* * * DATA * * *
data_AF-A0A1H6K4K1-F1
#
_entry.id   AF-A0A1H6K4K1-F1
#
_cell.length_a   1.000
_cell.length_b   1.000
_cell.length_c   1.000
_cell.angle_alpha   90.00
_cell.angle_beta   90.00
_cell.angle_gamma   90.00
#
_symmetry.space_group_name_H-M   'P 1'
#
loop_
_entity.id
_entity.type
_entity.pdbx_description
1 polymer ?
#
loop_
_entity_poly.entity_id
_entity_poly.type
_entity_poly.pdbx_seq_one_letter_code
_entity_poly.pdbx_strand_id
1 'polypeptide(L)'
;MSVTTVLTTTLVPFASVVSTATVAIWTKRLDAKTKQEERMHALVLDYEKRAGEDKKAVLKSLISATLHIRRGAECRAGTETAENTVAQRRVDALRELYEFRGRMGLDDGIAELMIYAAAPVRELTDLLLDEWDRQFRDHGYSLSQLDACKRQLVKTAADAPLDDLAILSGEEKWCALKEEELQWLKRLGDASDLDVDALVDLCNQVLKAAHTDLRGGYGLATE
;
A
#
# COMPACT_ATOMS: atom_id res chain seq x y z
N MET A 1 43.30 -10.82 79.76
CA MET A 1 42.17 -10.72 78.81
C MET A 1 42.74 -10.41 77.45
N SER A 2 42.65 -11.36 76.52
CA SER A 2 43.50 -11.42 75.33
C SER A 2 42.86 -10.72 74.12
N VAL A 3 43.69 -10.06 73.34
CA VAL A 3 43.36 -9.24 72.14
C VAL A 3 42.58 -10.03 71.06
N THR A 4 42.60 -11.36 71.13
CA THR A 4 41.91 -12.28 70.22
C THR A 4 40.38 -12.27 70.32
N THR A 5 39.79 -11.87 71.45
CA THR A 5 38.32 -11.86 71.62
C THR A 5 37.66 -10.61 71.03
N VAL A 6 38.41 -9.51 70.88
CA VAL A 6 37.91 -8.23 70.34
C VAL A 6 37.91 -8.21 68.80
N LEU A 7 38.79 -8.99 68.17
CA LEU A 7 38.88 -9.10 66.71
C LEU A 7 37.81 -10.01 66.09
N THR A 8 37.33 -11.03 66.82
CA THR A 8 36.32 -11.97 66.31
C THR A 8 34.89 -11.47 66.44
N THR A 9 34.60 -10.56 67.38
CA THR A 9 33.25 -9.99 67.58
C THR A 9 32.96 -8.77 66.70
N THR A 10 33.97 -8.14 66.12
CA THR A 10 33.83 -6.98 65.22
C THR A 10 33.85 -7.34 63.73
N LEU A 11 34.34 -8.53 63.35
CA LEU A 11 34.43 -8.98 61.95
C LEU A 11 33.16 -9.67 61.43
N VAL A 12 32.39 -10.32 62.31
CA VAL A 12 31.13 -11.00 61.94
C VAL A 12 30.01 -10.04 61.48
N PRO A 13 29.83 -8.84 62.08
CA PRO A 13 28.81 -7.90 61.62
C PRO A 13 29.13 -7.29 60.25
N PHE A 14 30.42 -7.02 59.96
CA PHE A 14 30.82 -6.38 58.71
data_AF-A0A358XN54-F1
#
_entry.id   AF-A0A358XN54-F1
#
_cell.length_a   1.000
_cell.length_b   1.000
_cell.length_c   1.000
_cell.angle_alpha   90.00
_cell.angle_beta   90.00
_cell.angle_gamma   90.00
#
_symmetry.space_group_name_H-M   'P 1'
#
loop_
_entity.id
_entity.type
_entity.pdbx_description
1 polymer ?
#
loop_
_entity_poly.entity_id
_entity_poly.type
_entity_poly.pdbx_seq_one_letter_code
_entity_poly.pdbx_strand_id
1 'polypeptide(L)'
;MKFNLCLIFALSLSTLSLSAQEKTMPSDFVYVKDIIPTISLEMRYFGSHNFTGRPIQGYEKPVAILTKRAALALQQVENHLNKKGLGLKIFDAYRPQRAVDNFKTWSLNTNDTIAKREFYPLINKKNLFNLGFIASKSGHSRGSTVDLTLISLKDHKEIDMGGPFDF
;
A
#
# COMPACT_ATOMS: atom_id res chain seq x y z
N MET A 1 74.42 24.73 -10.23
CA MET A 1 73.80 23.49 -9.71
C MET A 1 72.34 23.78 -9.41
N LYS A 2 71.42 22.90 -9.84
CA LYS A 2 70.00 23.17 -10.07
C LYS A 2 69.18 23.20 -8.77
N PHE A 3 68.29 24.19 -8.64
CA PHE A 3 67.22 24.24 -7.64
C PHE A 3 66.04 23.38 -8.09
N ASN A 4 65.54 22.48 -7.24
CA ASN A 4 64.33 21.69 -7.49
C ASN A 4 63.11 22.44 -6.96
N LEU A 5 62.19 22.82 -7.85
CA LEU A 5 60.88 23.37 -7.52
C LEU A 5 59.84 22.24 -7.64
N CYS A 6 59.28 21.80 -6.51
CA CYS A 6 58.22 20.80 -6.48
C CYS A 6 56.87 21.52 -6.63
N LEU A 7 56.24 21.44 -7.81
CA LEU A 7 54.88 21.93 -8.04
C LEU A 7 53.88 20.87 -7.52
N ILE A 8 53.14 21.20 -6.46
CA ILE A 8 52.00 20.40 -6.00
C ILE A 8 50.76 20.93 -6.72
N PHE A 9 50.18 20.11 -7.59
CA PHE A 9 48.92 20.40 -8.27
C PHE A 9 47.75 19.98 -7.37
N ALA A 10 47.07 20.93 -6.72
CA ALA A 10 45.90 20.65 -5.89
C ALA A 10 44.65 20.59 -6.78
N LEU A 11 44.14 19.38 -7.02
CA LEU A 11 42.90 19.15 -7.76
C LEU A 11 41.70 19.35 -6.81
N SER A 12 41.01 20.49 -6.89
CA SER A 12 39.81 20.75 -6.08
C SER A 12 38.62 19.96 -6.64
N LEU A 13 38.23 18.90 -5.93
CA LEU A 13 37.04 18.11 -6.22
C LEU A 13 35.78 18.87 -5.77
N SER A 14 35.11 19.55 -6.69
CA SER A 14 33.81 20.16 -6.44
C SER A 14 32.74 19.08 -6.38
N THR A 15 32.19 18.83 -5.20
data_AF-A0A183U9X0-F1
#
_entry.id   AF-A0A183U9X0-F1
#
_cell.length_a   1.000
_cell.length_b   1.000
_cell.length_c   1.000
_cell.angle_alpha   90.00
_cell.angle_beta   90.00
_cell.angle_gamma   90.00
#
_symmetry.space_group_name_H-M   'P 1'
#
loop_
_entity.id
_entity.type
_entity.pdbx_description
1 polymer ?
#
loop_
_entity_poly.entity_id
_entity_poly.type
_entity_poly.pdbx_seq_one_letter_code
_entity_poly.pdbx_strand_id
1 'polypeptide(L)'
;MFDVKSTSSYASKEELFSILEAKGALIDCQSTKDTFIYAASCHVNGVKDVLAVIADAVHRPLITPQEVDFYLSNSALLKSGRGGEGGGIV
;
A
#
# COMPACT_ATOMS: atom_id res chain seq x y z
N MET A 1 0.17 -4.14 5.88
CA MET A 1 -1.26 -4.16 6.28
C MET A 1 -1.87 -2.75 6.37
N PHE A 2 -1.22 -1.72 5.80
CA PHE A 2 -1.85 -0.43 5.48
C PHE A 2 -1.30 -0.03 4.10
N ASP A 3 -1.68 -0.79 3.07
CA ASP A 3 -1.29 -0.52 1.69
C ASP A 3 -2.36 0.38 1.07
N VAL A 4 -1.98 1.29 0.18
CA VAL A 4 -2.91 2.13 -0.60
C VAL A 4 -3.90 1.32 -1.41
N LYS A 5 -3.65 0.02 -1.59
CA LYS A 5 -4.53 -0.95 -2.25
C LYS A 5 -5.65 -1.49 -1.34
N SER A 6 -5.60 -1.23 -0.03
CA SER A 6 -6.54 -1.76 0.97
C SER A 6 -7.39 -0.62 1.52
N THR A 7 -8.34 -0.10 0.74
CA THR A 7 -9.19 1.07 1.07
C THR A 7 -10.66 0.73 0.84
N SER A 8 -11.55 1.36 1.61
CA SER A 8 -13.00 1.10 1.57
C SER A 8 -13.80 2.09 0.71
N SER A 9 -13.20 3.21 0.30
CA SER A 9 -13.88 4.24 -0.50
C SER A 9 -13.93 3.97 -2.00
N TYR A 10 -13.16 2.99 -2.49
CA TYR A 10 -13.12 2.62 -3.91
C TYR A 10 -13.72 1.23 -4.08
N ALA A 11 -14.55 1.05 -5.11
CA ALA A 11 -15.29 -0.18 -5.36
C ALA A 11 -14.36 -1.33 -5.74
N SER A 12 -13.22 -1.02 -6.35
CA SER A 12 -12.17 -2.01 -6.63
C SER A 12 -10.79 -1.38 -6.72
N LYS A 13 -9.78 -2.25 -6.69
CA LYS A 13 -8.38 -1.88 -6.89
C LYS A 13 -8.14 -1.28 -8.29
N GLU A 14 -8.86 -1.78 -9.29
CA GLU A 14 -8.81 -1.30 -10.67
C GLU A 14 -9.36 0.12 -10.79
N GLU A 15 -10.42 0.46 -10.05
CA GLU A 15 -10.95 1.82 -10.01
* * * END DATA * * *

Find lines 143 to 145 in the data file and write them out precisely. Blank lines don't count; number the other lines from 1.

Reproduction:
C SER A 14 32.74 19.08 -6.38
N THR A 15 32.19 18.83 -5.20
data_AF-A0A183U9X0-F1